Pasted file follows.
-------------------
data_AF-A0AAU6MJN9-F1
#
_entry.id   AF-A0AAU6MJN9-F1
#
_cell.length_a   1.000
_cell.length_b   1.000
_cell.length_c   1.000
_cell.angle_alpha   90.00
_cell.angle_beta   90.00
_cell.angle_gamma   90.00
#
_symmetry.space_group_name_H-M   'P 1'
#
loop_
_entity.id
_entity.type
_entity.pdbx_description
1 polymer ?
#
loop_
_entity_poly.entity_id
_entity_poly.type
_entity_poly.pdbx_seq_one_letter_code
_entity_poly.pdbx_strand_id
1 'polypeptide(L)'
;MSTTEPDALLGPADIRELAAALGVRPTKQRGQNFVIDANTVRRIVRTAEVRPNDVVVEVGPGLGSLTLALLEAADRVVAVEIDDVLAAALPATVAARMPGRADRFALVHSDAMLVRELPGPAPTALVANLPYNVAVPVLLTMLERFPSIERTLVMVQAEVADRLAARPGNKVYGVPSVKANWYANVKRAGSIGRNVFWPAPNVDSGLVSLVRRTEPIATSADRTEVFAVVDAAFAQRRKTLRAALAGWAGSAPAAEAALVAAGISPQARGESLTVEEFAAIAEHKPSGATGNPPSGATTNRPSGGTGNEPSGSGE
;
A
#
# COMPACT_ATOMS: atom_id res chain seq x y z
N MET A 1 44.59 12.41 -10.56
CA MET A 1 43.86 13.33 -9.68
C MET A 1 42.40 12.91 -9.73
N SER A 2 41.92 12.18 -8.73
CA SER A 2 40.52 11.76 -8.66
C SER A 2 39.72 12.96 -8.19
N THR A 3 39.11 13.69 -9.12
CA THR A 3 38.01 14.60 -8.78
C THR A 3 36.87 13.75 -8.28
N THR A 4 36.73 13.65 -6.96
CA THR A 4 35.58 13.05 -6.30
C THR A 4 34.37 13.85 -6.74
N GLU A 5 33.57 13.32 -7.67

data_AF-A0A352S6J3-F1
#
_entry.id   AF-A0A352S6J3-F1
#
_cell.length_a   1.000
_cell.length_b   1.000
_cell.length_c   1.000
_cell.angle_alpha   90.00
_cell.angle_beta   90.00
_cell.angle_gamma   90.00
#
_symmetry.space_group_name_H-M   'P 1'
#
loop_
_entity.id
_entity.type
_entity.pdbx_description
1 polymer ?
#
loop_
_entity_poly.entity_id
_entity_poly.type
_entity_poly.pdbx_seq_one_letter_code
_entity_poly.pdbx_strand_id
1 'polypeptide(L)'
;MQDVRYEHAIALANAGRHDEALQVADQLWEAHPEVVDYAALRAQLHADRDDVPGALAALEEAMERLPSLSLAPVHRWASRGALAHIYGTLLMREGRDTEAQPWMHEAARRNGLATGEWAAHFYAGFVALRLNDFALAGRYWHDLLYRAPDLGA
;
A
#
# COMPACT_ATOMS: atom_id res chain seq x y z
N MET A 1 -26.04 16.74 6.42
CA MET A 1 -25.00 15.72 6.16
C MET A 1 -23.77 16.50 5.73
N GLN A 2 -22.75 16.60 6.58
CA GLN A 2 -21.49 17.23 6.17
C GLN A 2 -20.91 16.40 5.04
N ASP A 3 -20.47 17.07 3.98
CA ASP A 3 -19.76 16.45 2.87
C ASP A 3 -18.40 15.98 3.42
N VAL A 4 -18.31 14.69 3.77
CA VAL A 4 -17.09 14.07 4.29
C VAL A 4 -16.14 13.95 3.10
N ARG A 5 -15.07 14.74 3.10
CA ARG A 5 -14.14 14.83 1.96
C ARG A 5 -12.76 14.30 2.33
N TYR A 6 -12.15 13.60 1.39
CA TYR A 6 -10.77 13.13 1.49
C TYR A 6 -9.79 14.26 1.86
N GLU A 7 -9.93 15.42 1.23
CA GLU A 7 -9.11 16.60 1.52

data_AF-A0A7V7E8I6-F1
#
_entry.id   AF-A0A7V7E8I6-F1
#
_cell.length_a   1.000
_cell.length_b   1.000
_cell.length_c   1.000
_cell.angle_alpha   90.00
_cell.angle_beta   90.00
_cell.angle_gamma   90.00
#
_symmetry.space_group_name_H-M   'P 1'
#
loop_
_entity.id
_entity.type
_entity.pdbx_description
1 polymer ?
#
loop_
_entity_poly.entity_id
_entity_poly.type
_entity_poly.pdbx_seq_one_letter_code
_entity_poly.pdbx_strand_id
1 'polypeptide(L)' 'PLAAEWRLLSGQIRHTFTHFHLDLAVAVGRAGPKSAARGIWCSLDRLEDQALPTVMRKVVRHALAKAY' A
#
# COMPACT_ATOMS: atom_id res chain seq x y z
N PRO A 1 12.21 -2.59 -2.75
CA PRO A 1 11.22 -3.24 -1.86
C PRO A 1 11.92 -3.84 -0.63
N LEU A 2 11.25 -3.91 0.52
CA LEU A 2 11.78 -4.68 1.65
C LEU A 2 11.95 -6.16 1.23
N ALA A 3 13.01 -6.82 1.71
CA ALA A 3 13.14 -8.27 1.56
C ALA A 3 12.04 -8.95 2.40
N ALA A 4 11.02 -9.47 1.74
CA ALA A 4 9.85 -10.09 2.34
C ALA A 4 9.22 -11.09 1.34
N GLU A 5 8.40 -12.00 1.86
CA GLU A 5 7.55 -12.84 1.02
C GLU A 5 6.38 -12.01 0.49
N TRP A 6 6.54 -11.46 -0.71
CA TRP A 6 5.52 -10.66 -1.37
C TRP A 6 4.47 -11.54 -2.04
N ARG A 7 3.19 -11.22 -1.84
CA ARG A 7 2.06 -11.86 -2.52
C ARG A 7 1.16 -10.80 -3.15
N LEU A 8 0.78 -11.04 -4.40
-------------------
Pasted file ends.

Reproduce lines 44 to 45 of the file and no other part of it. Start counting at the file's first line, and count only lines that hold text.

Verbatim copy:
data_AF-A0A352S6J3-F1
#